Two nineteenth-century Englishmen find a way to go to the moon with steampunk tech, and the whole thing is the most Victorian thing I’ve ever listened to. The one guy is inventing a kind of metal that is transparent to graviton energy (back when humanity thought any force or energy or heat exerted between objects over a distance must take the form of a ray). Why not? Lol. Glass is transparent to visible light but blocks heat (infrared). So then why can’t a substance be found that blocks gravity rays? They do. The one guy invents it just because the scientific spirit of the age was like being possessed by Carl Sagan’s ghost, and the other guy keeps thinking of patents and copyrights and monopolies and industrial revolutions and jumping up and down like a giddy school girl at the prospect of being obscenely wealthy. Before these two men team up, the enterprising one was trying to write a play to pay his bills. They make a flat sheet of this new stuff that blocks gravity rays, and the air above it begins to be weightless, like helium but not even that. So the rest of the atmosphere comes rushing in to fill the vacuum at fourteen and half pounds per square inch and creates a kind of explosion which was actually the creation of an air fountain. That fountain would have ejected all of earth’s air into space had not the vortex ripped the fixed material up out of place. Oops. But they take courage again, because these are two British Victorians astride the world at the height of British imperial power, or in other words they’re like two spoiled kids playing with matches. They perfect a spherical steam bunk box to ride to the moon and use the fountain technique to go. They discover that the moon has air, but it’s thin air like at the top of a mountain. I keep having intrusive thoughts of the Apollo footage while I picture these two guys unscrewing their hatch and wondering if the lunar air is thick enough to avoid boiling their blood. They don’t know, they just know that the air pressure they’ve already lost is making them woozy. So they throw back some gin, and that basically makes them immune to low pressure sickness somehow. Most English sci fi novel ever.
I’m not all the way through. I know enough about 2021 physics to know everything wrong with this novel, but I don’t care. It is delightful to read about an Englishman’s fantasy of how a lunar landing could happen and compare it in my mind to what we know 120 years later actually having accomplished the deed. HG Wells had no conception of rockets. In the War of the Worlds novel, the Martians get to Earth via huge interplanetary canons in hollow conical bullets. The peak of Martian technological supremacy is when they experiment with a flying machine of some kind, and all the Englishmen still alive in the ruins of London pull their hair saying that mankind is doomed for man could never compete with such high technological witchcraft. HG Wells has moments of prescience, though, even when he’s wrong about everything. One of the English gentlemen gazed upon the lunar landscape and says “this is no environment for man, but it’s appealing anyway,” followed by childish play in the lunar gravity. Apollo astronauts would wake up in their hammocks, remember where they were, and stare out the porthole while they brushed their teeth and say “we’re on the moon!” And they’d go outside and play in the lunar gravity while they did science. The narrator describes a feeling of otherworldly novelty mixed with classic human fascination with our nearest celestial body, a feeling many Apollo astronauts described in their retelling in all the years afterwards.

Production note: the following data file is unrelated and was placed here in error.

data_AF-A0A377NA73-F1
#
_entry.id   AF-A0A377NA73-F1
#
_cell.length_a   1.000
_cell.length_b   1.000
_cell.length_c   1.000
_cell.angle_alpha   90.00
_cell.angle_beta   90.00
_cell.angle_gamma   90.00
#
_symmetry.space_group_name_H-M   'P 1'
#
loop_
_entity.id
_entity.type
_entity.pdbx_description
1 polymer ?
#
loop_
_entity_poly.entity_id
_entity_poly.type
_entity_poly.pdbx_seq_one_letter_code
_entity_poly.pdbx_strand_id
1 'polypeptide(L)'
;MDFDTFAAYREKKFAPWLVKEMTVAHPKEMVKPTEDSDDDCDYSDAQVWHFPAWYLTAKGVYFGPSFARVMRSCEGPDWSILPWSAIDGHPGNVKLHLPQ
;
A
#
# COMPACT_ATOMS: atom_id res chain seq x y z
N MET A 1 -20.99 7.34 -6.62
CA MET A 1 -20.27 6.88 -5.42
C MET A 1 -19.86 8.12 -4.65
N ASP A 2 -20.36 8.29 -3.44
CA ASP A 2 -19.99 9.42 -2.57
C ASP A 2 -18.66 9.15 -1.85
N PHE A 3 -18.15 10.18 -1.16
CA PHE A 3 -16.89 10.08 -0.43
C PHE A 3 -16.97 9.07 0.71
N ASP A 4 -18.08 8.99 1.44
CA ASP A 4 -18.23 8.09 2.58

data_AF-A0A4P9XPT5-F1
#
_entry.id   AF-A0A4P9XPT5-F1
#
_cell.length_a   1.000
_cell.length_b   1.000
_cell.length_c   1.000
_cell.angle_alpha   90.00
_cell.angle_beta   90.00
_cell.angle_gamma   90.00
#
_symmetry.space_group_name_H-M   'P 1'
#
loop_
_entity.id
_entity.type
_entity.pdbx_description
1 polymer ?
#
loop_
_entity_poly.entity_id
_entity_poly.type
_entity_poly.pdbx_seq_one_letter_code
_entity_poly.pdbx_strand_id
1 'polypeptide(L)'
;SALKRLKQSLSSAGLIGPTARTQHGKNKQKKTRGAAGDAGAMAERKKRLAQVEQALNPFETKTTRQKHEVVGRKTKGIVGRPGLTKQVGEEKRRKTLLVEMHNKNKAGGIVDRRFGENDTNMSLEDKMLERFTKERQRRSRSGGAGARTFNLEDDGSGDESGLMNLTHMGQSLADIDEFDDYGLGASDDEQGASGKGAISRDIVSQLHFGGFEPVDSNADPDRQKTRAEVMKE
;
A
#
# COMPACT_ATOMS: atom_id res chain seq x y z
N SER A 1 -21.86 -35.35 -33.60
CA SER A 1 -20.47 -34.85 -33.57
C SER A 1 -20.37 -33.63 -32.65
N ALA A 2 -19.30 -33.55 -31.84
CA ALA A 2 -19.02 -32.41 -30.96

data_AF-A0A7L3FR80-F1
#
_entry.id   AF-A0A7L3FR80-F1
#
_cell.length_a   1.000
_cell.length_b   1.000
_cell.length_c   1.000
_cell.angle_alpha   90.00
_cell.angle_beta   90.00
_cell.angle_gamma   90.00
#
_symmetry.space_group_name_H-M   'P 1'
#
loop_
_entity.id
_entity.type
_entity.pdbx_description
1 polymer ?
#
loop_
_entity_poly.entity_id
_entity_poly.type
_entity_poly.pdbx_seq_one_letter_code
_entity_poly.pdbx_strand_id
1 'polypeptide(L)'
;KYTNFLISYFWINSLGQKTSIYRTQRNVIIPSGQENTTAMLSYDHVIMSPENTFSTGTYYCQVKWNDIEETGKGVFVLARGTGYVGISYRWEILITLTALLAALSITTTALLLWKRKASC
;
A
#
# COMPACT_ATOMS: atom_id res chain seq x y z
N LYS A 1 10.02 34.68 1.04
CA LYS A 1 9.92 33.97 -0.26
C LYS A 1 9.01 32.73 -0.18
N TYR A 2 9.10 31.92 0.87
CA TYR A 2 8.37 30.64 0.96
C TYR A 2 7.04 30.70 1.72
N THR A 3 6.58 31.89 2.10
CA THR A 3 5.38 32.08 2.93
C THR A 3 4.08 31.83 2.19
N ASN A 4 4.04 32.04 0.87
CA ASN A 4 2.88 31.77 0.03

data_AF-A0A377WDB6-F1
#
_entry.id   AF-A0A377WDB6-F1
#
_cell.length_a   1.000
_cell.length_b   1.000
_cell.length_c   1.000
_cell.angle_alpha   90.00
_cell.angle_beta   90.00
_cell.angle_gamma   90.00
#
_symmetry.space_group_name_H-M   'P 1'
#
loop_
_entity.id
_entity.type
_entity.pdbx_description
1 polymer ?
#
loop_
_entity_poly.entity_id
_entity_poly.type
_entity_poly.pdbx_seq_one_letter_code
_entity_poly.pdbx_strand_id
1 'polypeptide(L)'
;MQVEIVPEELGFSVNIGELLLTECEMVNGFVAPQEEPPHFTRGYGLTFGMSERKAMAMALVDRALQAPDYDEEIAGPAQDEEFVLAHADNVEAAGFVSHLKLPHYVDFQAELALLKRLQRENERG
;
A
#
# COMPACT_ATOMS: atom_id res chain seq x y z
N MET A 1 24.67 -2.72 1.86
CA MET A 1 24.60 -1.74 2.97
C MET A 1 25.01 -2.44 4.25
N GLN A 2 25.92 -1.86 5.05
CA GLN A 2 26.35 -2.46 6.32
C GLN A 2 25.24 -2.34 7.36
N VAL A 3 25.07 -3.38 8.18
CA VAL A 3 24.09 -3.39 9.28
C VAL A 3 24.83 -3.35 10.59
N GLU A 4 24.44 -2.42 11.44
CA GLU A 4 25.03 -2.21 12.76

The Q15 ask us, “where will you go? What will you do?” Well, I bought a 4K tv to watch raw Apollo footage on, and I’m working my way through the HG wells novels. It’s working out pretty well for me. Got feelings of intense loneliness sometimes, but then I have these other sublime moments of laughter and pure joy in life like when I read about two Victorians in top hats prefiguring Neil Armstrong throwing back liquor to magically compensate for the lunar environment.
Edited 1 time(s). Last edit at 10/08/2021 06:43AM by Cold-Dodger.
Jeffrey R. Holland, the former car salesman, has the best quotes. Kicks the tires. Look at that beautiful Moroni hood ornament. How much are you looking to spend? Everything? Have I got a church for you!
How come people find the conspiracy theory that we faked the moon landing interesting? Does it make them feel smart? I guess the actual conspiracy to land on the moon makes them feel stupid when they try to wrap their heads around it. Or maybe they don’t know enough to defend it from radically stupid skeptics, so they join the skeptics to avoid feeling dumb. And then they won’t listen to reason or watch Apollo footage or heft moon rocks because they’d feel dumb.
If I was questioning the gold plates, and Joseph Smith whipped them out and they landed on the table with a thud. That would be something. If he let me do any analysis I wanted on them, perhaps I would discover something about that that corroborates his story. Mormons scoff at the “theory” that Joseph “conspired” to write the Book of Mormon, even though he evidently did — there’s no other explanation that fits the evidence. But then some of them go and question the moon landing or believe in chemtrails without the slightest shred of evidence. Mother f***er, I can knock you upside the head with a moon rock. We took samples. We took photos and video of us taking the samples. I dare you to throw a gold Bible in my face or to find anything that isn’t desperately reaching to prove your nonsense.